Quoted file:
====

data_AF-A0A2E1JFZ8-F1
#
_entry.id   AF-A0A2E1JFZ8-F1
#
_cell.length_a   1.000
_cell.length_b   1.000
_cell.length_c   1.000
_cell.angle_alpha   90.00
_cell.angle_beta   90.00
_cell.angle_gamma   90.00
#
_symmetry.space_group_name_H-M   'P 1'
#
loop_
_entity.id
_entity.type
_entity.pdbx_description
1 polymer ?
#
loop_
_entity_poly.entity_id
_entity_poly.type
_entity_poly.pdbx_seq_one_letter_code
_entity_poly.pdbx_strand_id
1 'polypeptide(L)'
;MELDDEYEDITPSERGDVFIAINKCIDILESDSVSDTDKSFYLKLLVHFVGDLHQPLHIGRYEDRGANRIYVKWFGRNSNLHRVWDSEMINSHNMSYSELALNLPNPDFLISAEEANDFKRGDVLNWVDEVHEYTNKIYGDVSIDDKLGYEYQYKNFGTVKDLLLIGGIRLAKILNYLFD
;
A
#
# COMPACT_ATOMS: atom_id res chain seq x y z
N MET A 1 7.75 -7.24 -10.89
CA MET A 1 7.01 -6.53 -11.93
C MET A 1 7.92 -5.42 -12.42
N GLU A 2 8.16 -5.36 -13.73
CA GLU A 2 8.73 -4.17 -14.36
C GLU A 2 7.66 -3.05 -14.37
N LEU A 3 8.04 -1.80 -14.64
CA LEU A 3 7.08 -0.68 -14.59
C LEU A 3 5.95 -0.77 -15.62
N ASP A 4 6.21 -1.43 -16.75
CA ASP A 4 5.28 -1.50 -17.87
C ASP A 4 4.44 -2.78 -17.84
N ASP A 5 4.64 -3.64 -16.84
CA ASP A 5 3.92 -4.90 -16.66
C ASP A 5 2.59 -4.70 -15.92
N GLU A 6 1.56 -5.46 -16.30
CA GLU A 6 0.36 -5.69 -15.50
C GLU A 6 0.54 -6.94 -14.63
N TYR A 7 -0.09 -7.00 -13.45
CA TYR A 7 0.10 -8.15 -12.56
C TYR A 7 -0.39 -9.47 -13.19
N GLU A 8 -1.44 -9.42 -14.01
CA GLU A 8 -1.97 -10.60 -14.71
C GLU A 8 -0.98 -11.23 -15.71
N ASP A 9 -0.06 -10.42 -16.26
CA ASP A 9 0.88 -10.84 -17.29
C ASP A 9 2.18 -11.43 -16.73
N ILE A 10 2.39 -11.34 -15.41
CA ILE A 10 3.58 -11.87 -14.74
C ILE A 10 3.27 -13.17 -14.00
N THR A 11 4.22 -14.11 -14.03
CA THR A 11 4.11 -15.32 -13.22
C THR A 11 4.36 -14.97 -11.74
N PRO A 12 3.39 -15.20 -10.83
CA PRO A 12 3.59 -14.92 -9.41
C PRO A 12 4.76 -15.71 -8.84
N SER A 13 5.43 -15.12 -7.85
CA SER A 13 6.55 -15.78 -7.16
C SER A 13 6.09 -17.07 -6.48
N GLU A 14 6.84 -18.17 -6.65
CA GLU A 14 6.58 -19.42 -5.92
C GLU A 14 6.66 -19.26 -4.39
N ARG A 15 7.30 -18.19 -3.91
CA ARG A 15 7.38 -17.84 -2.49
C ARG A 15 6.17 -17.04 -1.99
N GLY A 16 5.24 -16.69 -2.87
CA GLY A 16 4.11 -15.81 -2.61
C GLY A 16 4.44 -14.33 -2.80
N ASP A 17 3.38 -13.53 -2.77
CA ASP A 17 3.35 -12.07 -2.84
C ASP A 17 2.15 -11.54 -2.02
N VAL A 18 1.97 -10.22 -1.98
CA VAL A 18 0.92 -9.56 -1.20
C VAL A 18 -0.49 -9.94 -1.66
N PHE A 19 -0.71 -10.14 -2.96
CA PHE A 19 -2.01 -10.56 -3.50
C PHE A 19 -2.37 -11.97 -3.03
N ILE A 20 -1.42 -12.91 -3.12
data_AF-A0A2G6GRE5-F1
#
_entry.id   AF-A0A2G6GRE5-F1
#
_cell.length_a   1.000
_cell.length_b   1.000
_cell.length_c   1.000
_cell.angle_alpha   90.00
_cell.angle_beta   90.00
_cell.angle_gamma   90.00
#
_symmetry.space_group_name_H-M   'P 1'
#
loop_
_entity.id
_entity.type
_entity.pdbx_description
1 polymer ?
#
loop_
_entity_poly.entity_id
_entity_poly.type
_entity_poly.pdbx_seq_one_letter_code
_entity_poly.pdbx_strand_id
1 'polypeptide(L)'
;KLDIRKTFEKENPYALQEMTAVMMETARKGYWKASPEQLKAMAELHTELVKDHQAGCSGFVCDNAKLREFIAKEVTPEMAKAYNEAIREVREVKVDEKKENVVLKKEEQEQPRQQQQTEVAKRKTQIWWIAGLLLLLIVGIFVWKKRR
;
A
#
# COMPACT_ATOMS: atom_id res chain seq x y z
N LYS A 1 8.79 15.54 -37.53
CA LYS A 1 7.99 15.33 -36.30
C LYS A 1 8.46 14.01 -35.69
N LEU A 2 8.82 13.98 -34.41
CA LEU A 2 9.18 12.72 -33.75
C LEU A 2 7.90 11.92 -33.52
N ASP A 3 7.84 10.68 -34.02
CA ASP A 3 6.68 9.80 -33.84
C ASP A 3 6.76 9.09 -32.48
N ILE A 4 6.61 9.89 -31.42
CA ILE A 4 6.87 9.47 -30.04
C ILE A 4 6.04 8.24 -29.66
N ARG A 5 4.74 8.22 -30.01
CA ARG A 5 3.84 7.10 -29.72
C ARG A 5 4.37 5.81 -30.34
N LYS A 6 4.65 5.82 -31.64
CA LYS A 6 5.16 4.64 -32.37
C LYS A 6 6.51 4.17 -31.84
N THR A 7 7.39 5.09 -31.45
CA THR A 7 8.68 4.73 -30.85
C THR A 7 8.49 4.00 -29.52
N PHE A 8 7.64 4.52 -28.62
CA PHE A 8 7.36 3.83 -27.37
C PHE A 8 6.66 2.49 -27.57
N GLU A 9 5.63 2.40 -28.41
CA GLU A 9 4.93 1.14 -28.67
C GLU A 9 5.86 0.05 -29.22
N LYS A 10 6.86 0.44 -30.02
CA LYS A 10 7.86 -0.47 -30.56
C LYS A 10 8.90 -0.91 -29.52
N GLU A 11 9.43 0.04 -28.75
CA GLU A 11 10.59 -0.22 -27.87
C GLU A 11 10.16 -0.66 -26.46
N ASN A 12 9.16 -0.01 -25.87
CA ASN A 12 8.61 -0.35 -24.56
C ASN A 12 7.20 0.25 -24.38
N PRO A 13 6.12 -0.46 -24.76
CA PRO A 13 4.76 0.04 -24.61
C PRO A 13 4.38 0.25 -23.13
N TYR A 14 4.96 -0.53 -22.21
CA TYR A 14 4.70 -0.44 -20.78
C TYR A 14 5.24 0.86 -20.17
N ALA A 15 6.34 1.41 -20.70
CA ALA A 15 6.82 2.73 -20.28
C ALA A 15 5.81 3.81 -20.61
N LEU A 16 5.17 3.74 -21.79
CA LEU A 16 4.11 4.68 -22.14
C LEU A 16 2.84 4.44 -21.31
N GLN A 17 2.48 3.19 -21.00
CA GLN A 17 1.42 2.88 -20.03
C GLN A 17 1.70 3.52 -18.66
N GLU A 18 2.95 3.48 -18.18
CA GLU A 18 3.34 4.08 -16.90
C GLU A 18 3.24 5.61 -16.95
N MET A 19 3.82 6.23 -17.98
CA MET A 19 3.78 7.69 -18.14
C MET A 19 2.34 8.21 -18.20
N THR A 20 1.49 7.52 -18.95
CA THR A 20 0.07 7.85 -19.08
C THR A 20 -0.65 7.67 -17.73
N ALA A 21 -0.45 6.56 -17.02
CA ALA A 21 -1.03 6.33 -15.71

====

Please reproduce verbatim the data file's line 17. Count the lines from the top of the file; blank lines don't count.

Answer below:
_entity.pdbx_description